Monday, December 29, 2008

New Holland Dragon's Milk

Sometimes it can be difficult to review a beer, especially one that receives a good amount of hype. The first thing that goes through my mind is how can I, who have only been brewing and drinking craft beer regularly for only the last 2.5 years even begin to have the credentials to critique the product of someone who has been producing a commercial product or homebrew for years. Obviously they know what they are doing and someone likes what they are brewing, because they are marketing it. I'm relatively limited in my knowledge of brewing and still have a long way to go before I'll consider myself any sort of expert. Regardless of my lack of experience, I try to judge every beer fairly and if for some reason I totally despise it I typically won't review it. If I think it has potential I'll usually do a write-up.

The first issue I have with Dragon's Milk is that I can't find any real definitive answer on what style it is supposed to be. While I'm not a style nazi by any means, I still haven't gotten into the subjective part of reviewing yet (but I'm trying) and I like to base my impressions on some sort of standard. Even if a beer doesn't fit a style, sometimes the name will clear it up as in Black IPA. In that case I would expect a dark, hoppy beer. The closest thing I could find was references to it being an American or English Strong Ale on BA and ratebeer.

I can tell you that Dragon's Milk pours looking like a stout/imperial stout. Dark brown with a tan, quickly dissipating head with minimal lacing. The aroma is strong with bourbon with chocolate, caramel, vanilla, and floral hops having a battle with eachother in the background. The bourbon dissipates some and the battling scents acheive parity with the whiskey. Based on what my nose is telling me, I am expecting something strong and stouty and the first few sips seem to hold true as I drink a chocolate vanilla espresso infused with Tennessee whiskey. A prounced hop bitterness numbs the rear roof of the mouth.

The issue I have is that as the beer warms more, the bourbon masks out everything. It goes from being a semi-enjoyable experience to a night of doing shots. I'm not a big whiskey drinker, and after a shot or so I am done, unless it is mixed. This beer lacks a strong malt backbone to stand up to the whiskey, which is probably why most bourbon beers are strong stouts or porters. It lacks any sort of balance whatsoever and quickly becomes a real dissapointment. I poured the second half of the bottle out and it's a very rare occasion when I pour a beer out.

A year or two in the bottle might make this beer a bit more enjoyable, but therein lies another issue I have with certain beers. It's one thing if it gets better with age, but if it needs to age before it can be drank, I'd like to know beforehand. In my opinion though, this beer with age will still be a watered down version of whiskey and not much else.

This beer didn't get rave reviews on BA either, but even so it has a B overall even with some of those reviews saying that it wasn't good. If I were going to assign it a letter score, I'd give it somewhere between a D and a low C.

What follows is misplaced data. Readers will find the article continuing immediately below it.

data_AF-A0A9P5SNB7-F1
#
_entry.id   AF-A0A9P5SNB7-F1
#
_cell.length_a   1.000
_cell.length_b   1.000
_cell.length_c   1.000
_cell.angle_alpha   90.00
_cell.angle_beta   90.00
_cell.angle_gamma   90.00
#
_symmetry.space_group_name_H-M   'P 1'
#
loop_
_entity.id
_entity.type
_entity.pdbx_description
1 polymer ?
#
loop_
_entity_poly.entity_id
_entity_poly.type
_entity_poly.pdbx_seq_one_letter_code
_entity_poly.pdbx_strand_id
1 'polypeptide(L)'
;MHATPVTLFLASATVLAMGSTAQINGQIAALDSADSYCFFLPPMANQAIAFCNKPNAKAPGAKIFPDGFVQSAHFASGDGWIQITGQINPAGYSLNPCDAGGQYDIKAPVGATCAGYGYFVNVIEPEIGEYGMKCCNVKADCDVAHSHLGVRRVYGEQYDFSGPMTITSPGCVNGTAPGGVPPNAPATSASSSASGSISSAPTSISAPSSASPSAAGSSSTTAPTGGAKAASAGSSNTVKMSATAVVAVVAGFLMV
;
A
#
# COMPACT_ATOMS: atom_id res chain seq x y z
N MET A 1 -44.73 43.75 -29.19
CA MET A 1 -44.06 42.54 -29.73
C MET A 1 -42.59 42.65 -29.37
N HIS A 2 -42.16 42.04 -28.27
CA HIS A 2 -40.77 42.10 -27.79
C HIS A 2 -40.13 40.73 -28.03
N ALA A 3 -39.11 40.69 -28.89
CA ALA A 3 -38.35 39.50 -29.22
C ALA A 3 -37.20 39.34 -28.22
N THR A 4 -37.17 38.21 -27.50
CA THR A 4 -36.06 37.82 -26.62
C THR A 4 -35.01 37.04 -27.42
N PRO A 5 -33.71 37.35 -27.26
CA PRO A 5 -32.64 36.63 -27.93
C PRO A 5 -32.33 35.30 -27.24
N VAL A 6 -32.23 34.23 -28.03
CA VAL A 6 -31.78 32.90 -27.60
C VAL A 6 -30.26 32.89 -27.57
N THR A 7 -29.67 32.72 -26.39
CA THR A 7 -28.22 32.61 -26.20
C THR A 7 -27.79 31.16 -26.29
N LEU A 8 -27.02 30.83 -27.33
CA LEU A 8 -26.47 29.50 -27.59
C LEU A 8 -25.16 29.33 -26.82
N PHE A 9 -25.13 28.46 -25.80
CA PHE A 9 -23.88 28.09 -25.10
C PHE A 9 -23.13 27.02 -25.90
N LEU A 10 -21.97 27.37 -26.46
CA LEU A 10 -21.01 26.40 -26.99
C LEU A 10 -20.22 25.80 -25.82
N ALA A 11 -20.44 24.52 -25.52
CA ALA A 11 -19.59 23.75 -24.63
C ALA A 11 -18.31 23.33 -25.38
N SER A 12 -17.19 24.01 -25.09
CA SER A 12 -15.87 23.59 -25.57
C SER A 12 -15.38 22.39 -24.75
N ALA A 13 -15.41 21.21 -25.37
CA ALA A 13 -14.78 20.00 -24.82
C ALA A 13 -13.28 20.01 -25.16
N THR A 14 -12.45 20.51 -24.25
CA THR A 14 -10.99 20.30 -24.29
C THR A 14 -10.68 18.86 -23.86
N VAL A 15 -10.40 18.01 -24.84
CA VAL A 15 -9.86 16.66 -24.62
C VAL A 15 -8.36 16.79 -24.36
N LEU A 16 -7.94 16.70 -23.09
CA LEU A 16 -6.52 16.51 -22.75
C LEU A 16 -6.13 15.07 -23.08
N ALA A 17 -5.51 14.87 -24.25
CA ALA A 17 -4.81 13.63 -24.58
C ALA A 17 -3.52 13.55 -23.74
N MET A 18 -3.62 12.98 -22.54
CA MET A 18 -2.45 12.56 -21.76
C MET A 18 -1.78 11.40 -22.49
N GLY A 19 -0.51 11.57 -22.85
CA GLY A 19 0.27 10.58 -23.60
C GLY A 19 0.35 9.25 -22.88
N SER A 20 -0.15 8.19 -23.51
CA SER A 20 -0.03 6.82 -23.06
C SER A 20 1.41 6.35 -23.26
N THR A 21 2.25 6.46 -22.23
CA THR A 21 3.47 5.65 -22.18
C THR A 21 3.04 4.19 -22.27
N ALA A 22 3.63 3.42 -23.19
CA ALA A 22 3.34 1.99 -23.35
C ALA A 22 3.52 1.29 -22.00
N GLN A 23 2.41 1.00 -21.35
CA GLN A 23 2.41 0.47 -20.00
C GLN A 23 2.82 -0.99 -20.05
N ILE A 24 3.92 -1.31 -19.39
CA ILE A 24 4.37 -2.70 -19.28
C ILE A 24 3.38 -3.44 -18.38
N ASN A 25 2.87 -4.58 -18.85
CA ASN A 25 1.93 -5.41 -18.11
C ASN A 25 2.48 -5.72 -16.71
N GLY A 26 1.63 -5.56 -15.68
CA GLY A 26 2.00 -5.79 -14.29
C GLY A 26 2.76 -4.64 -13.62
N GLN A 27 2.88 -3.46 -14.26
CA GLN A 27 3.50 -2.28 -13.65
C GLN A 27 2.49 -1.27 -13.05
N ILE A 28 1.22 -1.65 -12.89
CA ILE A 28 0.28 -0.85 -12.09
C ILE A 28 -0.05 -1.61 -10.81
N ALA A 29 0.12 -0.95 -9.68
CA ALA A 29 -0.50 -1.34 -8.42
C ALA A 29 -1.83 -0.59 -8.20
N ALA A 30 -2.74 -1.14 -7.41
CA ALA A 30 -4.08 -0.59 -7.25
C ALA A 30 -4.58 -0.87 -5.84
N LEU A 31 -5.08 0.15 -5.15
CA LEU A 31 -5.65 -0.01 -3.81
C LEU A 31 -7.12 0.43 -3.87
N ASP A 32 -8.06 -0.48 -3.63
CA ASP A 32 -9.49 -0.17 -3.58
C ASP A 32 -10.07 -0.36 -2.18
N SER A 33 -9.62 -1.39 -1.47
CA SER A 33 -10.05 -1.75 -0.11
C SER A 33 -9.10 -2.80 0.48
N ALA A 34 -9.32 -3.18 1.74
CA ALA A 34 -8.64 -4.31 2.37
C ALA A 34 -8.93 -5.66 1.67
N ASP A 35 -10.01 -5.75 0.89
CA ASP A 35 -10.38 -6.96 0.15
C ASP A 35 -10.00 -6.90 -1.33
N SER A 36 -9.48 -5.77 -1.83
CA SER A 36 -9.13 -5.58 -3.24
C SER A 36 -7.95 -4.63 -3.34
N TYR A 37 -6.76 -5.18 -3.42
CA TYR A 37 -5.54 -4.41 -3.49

7 comments:

Mike said...

You make mention of bourbon a few times, but I don't believe this beer contains any bourbon and I can't find any mention of bourbon on their website. As far as I know, it's just an oak aged beer.

Sickpuppy said...

I would tend to disagree on this one, just goes to show you that beer taste is definitely defined to ones palette! I think the BA reviews are good considering a B+ with 354 reviews. The bourbon hints would come from the oak barrels so I can understand that reference completely. With that said I tend to get more vanilla and malt/coffee tones. I for one love this beer and probably should add my review to BA soon!

McKBrew said...

Everyone is entitled to their own opinion for sure. I can tell you that my bottle definitely was the equivalent of strong whiskey. While New Holland's site doesn't specifically mention it, several websites allude to bourbon barrel aging, and New Holland also operates a distillery, so the probability that they use those barrels for beer is high.

d00d said...

This is one of my favorite beers of all time. There was a clone recipe in Zymurgy or BYO recently and this is one complex beer to brew. It has some sour notes to it and obviously the oak barrel character. It's too bad it didn't grab you, but like I always say, more for me! :D

McKBrew said...

I really don't know. I might have just been a bad bottle, or it wasn't my thing. If I run across it again, I'll give it another go, but like I said I rarely pour a beer out, esp one that costs $10 a bottle (even though I didn't pay for this one, I still felt bad).

Josh said...

Thanks for posting this classic. Edegra I never heard the radio show. But Straight Arrow was my hero and formed my character... for what it is worth.
Caverta Kamagra

Suzi said...

There is no bourbon in Dragon's Milk. It is aged in Oak Barrels, and has 10% ABV, which would make it "20 proof". Bourbon is typically 40% ABV, or "80 proof".
By my calculations, Dragon's Milk is more equivalent to a weak wine than a strong whiskey, alcohol wise.
It's an ale, as indicated by the name "Dragon's Milk Ale". It is listed as a stout on their pub menu.
According to the brewer, "Dragon's Milk" is a centuries old scots term for private stock held for royalty.

Try some on tap sometime, you'll be blown away.